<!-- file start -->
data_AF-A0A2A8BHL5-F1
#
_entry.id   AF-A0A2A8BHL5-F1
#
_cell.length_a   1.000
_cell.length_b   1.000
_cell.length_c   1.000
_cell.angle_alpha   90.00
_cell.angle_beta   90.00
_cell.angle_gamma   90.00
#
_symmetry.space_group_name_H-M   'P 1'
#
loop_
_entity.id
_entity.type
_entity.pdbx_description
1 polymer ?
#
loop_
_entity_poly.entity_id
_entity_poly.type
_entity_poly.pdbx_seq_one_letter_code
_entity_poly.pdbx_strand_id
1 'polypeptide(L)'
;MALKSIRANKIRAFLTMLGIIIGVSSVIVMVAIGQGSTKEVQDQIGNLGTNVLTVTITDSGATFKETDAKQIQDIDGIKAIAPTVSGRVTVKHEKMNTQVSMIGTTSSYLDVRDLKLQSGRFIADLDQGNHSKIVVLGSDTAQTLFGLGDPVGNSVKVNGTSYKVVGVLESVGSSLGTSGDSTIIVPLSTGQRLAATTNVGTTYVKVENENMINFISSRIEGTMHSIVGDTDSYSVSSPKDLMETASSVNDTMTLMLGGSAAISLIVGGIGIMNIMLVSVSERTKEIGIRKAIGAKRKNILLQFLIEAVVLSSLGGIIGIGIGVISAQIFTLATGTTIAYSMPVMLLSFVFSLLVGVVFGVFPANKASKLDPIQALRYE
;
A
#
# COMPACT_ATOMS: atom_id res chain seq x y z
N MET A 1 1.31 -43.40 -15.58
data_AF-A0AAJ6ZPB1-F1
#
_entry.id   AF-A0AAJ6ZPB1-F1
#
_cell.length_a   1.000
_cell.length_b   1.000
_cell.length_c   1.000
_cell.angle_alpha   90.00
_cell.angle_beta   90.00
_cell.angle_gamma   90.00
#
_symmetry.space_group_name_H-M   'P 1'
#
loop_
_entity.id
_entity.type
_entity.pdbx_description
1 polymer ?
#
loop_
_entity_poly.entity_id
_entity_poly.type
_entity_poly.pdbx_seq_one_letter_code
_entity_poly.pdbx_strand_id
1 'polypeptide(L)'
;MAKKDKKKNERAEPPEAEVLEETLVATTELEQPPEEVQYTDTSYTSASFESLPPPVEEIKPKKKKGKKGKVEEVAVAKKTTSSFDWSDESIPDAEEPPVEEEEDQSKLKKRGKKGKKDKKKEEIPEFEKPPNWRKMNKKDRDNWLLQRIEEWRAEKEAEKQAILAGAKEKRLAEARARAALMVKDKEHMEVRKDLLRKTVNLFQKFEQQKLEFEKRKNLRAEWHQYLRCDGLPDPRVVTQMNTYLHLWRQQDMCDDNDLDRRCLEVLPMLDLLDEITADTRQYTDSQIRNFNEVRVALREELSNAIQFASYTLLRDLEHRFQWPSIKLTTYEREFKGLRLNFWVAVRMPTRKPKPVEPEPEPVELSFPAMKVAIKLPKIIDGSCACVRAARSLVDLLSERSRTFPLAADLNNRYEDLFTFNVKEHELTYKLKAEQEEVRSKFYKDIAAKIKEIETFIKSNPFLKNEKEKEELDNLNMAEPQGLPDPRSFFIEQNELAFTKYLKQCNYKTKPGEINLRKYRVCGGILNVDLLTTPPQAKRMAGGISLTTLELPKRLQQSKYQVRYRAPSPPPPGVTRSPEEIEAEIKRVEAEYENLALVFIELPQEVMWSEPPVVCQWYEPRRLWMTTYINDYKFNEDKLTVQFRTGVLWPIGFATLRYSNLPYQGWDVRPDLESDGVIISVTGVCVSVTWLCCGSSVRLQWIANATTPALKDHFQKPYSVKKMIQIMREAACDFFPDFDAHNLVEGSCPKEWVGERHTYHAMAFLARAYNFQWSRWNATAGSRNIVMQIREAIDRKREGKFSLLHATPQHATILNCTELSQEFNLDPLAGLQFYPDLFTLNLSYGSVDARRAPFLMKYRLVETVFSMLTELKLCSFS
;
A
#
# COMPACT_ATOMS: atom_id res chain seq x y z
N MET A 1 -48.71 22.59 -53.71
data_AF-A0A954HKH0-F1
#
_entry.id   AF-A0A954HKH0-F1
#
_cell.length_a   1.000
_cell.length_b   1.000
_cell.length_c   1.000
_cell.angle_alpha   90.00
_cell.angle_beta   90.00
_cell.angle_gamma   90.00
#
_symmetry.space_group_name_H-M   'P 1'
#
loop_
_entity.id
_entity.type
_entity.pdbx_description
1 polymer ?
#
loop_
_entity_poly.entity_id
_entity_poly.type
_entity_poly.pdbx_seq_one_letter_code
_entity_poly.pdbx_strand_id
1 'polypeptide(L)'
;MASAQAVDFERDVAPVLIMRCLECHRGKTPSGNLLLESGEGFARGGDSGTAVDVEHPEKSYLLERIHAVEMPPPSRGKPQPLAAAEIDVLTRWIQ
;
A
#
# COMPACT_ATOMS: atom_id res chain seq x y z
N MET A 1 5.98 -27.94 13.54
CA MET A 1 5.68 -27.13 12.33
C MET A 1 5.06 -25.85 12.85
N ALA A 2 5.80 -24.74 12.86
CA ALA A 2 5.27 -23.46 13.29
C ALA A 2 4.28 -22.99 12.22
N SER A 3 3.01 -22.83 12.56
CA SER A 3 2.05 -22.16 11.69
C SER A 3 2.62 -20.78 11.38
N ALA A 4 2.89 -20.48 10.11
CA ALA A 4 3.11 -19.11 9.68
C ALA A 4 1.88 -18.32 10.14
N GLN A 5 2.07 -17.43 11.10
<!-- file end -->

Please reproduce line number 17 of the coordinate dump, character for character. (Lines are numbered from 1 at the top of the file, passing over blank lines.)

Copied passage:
_entity.pdbx_description